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Please note that Mommsen uses the AUC chronology (Ab Urbe Condita), i.e. from the founding of the City of Rome. You can use this reference table to have the B.C. dates

THE HISTORY OF OLD ROME

III. From the Union of Italy to the Subjugation of Carthage and the Greek States

From: The History of Rome, by Theodor Mommsen
Translated with the sanction of the author by William Purdie Dickson


The History of Old Rome

Chapter I - Carthage

ELPENOR EDITIONS IN PRINT

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Page 38

In Their Constitution

In both the constitution was aristocratic; the judges governed in Carthage, as did the senate in Rome, and both on the same system of police-control. The strict state of dependence in which the governing board at Carthage held the individual magistrate, and the injunction to the citizens absolutely to refrain from learning the Greek language and to converse with a Greek only through the medium of the public interpreter, originated in the same spirit as the system of government at Rome; but in comparison with the cruel harshness and the absolute precision, bordering on silliness, of this Carthaginian state- tutelage, the Roman system of fining and censure appears mild and reasonable.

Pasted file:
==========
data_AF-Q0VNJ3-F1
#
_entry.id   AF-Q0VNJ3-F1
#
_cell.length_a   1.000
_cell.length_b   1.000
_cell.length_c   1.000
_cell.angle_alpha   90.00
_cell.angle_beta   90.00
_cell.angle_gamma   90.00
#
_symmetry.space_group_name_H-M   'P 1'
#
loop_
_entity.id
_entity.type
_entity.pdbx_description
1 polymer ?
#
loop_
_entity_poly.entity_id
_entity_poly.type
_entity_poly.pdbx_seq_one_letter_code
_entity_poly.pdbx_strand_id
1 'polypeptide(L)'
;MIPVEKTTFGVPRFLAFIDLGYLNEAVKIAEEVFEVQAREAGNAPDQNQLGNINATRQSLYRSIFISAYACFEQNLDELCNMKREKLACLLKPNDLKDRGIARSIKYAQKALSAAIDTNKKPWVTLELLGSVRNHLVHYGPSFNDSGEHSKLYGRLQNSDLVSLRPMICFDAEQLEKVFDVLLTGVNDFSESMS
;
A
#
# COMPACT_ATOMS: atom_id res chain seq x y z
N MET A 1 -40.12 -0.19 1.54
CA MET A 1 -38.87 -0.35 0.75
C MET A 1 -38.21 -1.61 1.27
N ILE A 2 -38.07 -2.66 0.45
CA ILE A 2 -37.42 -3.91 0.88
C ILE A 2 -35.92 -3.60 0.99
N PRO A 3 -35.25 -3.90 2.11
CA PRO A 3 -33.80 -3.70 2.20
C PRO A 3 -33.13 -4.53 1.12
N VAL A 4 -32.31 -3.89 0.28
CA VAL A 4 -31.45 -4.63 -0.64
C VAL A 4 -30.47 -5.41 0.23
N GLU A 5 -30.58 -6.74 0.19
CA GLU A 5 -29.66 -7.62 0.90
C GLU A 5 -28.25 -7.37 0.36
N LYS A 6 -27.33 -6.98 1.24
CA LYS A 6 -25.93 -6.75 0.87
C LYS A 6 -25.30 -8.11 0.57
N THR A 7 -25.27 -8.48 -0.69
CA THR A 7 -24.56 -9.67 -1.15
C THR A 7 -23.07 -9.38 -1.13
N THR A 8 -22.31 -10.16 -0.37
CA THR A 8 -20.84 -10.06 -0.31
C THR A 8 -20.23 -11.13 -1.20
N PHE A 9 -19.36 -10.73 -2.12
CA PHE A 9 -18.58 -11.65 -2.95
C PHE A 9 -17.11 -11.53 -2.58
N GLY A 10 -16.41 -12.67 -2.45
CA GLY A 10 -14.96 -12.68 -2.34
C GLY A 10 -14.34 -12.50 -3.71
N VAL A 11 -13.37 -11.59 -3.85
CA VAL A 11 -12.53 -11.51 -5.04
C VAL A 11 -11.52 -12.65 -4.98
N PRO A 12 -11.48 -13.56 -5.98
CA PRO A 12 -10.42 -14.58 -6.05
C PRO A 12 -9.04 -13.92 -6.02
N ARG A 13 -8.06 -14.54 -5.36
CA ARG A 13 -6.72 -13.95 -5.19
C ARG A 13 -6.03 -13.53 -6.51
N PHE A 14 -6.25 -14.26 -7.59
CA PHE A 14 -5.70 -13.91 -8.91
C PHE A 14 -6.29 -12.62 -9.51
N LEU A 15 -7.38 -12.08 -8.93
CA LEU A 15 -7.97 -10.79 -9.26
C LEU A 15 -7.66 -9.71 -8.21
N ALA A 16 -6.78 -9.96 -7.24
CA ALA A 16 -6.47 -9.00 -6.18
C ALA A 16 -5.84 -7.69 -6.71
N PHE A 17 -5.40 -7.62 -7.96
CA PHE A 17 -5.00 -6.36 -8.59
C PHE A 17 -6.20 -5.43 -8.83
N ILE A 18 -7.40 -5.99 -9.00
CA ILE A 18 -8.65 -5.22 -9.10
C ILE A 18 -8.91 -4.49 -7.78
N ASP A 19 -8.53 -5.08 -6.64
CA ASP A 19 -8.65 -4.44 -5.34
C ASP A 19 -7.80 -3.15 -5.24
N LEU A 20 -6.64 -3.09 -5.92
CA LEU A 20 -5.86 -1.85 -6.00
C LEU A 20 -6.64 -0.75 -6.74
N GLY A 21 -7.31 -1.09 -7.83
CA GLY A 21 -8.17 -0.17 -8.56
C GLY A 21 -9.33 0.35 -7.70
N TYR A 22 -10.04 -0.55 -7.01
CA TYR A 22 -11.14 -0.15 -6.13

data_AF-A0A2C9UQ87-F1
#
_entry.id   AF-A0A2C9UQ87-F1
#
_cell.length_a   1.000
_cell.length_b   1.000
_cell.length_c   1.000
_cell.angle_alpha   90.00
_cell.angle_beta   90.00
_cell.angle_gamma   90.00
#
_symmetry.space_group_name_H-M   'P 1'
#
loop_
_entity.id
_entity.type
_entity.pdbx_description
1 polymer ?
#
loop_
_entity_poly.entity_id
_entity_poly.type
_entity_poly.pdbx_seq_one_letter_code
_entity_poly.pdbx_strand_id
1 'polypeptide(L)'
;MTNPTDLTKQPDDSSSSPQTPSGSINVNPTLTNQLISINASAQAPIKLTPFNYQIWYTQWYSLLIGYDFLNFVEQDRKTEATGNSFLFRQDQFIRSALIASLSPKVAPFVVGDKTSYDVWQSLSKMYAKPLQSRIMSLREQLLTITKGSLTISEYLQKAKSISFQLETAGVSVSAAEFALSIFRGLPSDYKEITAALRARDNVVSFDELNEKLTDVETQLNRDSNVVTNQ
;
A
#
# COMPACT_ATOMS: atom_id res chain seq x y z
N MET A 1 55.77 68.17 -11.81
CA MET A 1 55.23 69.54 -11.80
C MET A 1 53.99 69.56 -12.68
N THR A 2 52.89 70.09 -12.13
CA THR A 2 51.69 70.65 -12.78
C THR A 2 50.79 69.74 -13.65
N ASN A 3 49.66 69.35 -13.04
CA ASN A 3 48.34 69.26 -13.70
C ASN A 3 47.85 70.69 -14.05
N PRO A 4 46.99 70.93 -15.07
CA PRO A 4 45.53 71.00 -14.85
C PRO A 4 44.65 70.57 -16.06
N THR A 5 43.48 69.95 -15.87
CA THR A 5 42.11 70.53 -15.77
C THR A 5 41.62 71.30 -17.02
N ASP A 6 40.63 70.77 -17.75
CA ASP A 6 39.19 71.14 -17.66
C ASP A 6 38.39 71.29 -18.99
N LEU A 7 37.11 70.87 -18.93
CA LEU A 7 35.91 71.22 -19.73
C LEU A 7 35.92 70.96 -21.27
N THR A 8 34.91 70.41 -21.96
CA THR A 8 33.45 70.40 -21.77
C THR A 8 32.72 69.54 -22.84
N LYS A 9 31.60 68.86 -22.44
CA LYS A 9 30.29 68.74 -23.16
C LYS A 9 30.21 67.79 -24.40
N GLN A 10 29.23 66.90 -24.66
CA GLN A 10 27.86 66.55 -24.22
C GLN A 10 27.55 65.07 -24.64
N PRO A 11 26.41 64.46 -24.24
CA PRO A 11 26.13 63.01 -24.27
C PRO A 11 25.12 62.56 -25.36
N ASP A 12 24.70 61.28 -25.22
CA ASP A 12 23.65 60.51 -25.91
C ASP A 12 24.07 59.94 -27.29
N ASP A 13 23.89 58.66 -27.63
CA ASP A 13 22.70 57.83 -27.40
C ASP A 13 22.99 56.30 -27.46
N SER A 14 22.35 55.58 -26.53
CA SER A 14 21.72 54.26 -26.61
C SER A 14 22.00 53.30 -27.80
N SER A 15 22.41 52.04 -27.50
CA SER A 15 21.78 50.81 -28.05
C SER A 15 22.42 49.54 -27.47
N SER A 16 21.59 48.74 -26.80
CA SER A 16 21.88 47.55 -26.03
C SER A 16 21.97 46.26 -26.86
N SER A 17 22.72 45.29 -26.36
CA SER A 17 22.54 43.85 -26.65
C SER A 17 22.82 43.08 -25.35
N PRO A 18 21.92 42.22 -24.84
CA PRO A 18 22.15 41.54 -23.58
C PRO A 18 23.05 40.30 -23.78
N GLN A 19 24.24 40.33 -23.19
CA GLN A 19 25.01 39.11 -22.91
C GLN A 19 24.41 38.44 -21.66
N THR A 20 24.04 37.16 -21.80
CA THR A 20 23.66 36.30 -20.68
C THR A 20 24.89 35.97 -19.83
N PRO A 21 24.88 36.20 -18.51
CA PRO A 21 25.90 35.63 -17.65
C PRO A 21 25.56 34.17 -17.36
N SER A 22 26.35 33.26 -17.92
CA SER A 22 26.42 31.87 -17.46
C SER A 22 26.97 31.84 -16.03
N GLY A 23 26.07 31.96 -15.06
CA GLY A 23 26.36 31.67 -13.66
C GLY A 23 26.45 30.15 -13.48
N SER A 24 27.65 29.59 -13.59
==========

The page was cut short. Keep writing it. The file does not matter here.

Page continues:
The Roman senate, which opened its doors to eminent capacity and in the best sense represented the nation, was able also to trust it, and had no need to fear the magistrates. The Carthaginian senate, on the other hand, was based on a jealous control of administration by the government, and represented exclusively the leading families; its essence was mistrust of all above and below it, and therefore it could neither be confident that the people would follow whither it led, nor free from the dread of usurpations on the part of the magistrates.

Hence the steady course of Roman policy, which never receded a step in times of misfortune, and never threw away the favours of fortune by negligence or indifference; whereas the Carthaginians desisted from the struggle when a last effort might perhaps have saved all, and, weary or forgetful of their great national duties, allowed the half-completed building to fall to pieces, only to begin it in a few years anew. Hence the capable magistrate in Rome was ordinarily on a good understanding with his government; in Carthage he was frequently at decided feud with his masters at home, and was forced to resist them by unconstitutional means and to make common cause with the opposing party of reform.

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Reference address : https://www.ellopos.net/elpenor/rome/3-01-carthage.asp?pg=38